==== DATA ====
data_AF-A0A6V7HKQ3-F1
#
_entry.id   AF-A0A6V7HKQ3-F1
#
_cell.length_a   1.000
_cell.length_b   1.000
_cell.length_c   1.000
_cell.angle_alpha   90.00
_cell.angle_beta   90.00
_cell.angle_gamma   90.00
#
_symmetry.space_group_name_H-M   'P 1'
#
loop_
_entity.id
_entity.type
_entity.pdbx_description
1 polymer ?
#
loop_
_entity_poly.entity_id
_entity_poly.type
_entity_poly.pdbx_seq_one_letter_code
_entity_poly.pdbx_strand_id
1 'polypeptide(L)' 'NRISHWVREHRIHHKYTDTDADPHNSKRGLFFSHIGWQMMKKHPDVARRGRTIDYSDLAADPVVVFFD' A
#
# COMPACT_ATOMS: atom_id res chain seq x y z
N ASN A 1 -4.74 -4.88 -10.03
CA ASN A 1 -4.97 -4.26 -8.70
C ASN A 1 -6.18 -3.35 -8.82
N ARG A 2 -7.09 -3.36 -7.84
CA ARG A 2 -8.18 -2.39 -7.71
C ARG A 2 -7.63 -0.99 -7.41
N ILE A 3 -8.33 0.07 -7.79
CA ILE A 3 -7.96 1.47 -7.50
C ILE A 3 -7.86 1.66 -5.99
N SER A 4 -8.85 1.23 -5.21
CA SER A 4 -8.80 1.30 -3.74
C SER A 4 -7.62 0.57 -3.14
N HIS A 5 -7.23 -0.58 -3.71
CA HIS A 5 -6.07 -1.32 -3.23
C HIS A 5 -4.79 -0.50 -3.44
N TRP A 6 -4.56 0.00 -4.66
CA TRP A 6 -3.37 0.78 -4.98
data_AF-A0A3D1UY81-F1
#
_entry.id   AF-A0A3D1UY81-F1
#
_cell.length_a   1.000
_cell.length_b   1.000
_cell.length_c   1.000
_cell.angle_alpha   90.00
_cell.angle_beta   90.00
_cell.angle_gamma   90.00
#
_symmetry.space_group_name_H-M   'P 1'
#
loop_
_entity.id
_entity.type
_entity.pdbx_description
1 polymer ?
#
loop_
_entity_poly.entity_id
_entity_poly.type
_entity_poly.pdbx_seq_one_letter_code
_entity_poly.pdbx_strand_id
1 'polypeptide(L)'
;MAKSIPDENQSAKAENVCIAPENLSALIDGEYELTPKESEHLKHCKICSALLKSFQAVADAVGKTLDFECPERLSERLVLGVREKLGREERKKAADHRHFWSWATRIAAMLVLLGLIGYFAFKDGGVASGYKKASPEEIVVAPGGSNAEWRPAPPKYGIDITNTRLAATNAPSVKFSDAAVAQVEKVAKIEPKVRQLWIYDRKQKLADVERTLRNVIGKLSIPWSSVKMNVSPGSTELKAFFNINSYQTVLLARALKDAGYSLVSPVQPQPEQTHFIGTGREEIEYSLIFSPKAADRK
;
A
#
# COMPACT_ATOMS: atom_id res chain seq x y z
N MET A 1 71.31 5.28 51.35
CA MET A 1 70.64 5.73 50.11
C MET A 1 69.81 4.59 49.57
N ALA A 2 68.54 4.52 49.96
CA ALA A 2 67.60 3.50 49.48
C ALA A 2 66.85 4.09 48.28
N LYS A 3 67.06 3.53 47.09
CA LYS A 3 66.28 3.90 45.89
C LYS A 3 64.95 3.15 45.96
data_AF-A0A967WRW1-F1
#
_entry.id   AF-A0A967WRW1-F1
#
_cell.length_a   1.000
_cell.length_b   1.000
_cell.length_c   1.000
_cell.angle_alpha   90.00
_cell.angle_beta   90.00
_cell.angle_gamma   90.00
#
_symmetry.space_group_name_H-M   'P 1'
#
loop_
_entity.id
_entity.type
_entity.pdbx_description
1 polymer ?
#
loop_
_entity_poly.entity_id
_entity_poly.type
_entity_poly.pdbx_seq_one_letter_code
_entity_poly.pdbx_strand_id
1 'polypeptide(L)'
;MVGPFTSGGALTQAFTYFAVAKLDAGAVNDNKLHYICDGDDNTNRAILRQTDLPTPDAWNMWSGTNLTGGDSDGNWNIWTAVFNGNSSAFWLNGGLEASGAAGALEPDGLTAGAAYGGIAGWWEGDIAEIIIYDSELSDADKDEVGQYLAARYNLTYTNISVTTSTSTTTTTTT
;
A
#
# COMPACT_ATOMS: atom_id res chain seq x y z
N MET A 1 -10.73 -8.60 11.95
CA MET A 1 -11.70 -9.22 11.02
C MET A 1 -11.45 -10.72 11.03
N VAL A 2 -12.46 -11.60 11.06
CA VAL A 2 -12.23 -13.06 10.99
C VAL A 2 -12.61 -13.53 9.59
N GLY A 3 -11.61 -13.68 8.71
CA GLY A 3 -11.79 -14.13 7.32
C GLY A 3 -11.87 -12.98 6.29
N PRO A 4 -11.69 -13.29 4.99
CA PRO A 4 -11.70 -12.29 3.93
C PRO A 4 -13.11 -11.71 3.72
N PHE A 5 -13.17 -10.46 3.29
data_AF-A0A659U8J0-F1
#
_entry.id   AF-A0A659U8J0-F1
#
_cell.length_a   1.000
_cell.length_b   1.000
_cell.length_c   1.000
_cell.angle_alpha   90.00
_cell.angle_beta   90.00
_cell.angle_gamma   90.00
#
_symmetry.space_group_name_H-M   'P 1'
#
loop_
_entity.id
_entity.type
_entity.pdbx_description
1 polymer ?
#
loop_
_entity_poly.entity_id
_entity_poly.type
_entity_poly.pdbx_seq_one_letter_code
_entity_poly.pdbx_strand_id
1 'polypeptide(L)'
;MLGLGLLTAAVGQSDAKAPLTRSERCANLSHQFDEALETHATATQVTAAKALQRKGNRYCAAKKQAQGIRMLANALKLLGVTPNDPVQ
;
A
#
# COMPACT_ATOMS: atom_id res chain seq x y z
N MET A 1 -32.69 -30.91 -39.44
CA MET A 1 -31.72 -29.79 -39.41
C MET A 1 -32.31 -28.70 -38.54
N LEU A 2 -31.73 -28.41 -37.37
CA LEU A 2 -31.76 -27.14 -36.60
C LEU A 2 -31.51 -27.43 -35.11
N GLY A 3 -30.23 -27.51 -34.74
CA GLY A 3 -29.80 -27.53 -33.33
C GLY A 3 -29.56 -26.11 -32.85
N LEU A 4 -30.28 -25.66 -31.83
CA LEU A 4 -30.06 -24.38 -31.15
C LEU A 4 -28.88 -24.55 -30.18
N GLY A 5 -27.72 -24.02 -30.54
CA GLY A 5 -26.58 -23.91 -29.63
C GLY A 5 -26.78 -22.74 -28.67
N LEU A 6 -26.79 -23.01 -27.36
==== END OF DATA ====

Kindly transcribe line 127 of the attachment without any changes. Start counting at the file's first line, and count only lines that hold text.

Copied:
data_AF-A0A659U8J0-F1